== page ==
Skip to main content
Blog

Skilled tradespeople keep ORNL running

ORNL’s Brad Sexton (left) and Scott Elmore working at SNS in 2012. Image credit: Jason Richards, ORNL

75 years of science and technology

It takes more than world-class scientists and engineers to run an institution like ORNL. It also takes world-class welders, pipefitters, glassblowers, riggers and other tradespeople to keep the facilities running and sometimes to build specialized equipment that is unobtainable in any other way.

ORNL boasts 1,100 staff scientists and engineers working with a wide range of unique, expensive and highly demanding equipment, including two of the world’s most advanced neutron scattering facilities, a range of advanced—and often highly customized—electron and atom probe microscopes, and the world’s fastest supercomputer. Under the circumstances, the lab’s mission support staff have an enormous job keeping ORNL running smoothly.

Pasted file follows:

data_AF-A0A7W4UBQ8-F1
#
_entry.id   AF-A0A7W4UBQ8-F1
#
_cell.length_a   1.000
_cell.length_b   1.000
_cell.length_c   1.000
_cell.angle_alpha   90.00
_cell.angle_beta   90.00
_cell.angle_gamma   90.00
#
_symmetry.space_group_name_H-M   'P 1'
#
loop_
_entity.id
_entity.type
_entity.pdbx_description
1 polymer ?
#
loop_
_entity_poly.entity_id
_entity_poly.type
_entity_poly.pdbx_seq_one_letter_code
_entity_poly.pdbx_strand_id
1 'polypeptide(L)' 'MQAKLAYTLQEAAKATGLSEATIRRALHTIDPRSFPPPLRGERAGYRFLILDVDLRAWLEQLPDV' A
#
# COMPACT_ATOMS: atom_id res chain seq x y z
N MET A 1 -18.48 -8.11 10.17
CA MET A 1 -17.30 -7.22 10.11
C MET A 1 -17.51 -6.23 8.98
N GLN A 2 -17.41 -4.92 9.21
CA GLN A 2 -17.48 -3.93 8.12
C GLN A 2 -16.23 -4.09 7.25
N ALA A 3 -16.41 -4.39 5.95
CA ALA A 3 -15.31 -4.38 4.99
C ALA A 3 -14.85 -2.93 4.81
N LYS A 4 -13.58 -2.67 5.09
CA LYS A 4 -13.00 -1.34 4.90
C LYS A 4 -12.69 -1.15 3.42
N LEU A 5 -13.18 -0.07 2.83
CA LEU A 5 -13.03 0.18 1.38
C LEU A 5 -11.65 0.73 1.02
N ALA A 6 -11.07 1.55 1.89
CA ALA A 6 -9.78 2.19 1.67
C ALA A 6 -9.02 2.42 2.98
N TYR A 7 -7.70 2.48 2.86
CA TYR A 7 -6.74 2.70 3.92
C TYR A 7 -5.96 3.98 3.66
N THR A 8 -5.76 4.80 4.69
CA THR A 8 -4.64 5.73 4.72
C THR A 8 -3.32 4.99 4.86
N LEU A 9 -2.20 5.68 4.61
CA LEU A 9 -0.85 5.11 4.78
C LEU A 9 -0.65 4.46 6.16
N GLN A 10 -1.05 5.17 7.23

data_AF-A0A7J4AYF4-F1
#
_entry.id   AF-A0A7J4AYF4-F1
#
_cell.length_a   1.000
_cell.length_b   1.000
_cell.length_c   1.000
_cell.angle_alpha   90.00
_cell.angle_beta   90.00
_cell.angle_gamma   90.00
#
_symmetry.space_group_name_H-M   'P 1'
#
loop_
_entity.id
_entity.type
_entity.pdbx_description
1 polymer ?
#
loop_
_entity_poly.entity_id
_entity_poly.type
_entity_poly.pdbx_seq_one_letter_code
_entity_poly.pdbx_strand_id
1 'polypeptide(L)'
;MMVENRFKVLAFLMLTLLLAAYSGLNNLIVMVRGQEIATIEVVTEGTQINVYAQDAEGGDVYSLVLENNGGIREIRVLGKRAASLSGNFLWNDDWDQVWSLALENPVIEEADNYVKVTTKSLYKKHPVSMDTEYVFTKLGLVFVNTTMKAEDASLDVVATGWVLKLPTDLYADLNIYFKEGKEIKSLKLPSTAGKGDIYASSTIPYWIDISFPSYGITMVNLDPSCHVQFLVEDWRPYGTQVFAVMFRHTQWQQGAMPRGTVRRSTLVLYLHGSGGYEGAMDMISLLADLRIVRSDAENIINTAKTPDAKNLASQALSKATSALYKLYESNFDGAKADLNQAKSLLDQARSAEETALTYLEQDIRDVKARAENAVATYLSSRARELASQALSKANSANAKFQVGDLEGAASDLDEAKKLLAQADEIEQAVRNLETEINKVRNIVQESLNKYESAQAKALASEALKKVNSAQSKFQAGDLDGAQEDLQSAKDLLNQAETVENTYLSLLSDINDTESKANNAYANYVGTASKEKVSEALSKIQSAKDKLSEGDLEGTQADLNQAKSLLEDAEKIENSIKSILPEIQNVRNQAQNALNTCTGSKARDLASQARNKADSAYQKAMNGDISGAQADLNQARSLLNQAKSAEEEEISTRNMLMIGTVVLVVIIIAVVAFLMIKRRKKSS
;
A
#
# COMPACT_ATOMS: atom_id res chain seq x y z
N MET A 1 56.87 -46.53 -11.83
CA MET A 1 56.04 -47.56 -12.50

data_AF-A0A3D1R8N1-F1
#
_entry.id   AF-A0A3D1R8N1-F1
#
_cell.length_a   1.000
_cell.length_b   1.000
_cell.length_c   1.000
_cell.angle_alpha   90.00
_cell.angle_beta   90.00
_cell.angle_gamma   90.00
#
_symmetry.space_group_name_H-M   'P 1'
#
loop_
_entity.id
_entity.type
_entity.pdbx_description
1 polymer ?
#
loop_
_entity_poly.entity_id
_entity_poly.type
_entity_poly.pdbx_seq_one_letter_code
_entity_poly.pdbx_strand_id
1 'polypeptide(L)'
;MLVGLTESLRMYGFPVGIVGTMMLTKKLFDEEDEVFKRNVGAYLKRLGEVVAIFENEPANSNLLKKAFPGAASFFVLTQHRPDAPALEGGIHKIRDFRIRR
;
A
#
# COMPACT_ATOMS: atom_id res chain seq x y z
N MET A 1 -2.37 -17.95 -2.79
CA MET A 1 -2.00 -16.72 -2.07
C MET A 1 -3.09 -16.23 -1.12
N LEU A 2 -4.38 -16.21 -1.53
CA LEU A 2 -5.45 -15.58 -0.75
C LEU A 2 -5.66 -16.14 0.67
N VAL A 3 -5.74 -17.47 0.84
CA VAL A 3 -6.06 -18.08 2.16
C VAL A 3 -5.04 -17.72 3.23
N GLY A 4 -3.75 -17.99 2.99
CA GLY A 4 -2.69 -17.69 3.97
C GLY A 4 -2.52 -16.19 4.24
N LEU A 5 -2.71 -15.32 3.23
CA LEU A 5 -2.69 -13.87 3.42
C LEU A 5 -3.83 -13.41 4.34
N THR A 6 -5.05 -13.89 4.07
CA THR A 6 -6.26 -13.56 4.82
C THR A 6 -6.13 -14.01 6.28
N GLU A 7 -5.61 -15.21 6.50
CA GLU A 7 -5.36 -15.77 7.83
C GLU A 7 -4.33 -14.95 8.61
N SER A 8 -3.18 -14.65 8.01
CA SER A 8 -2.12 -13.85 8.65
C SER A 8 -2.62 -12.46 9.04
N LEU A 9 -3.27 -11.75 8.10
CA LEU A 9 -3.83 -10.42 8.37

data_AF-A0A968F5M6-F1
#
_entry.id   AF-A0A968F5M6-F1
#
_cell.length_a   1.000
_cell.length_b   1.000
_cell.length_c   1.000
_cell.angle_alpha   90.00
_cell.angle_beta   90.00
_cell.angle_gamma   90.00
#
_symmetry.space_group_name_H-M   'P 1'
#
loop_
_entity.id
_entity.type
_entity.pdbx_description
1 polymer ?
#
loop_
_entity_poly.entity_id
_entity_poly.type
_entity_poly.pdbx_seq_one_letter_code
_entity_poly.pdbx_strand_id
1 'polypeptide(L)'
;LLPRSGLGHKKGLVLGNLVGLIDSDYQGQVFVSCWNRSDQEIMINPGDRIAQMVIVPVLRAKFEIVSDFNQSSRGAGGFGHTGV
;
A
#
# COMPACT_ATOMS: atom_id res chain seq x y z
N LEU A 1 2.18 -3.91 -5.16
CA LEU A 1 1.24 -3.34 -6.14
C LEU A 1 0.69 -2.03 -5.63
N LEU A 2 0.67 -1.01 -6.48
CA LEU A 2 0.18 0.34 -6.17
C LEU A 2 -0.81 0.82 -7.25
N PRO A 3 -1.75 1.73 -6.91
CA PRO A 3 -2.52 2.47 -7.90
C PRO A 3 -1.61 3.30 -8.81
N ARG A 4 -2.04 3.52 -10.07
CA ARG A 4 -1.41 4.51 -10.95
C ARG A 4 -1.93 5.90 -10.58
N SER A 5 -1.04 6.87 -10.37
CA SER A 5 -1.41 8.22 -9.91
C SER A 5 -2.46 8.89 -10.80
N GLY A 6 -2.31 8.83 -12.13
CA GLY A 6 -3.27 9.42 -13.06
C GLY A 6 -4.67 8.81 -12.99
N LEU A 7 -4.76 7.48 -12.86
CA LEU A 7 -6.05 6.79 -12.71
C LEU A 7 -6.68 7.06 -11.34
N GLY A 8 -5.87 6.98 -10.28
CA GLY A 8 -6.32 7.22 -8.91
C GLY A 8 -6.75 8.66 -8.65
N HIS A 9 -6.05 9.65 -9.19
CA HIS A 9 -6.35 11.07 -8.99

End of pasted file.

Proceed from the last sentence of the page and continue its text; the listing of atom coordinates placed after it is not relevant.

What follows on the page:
One team—which included machinists, welders, engineers and a boilermaker—fabricated components that will replace existing equipment at the High Flux Isotope Reactor that can shut down the reactor. Those new components were to be built by an outside firm, but ORNL’s professionals stepped in when that outside firm was unable to meet the reactor’s stringent specifications.

“The value of that is that our people were able to do something that an outside firm was unable to do,” noted Ed Bodey of ORNL’s Integrated Operations Support Division, “which was meet these really critical tolerances in these pieces that were fabricated for HFIR.”

Another group has been nominated for an internal award at the lab for their support in installing prototype equipment that will coat fuel for pebble-bed high temperature gas-cooled reactors. That effort included more than 6,000 hours from the support team and allowed the project to meet a critical DOE milestone.

Still other tradespeople support projects such as the American contribution to the multinational ITER fusion reactor, located in Europe, and the SPRUCE climate experiment in Minnesota.

“It would be very hard to accomplish our mission without the help of our support staff,” Bodey said.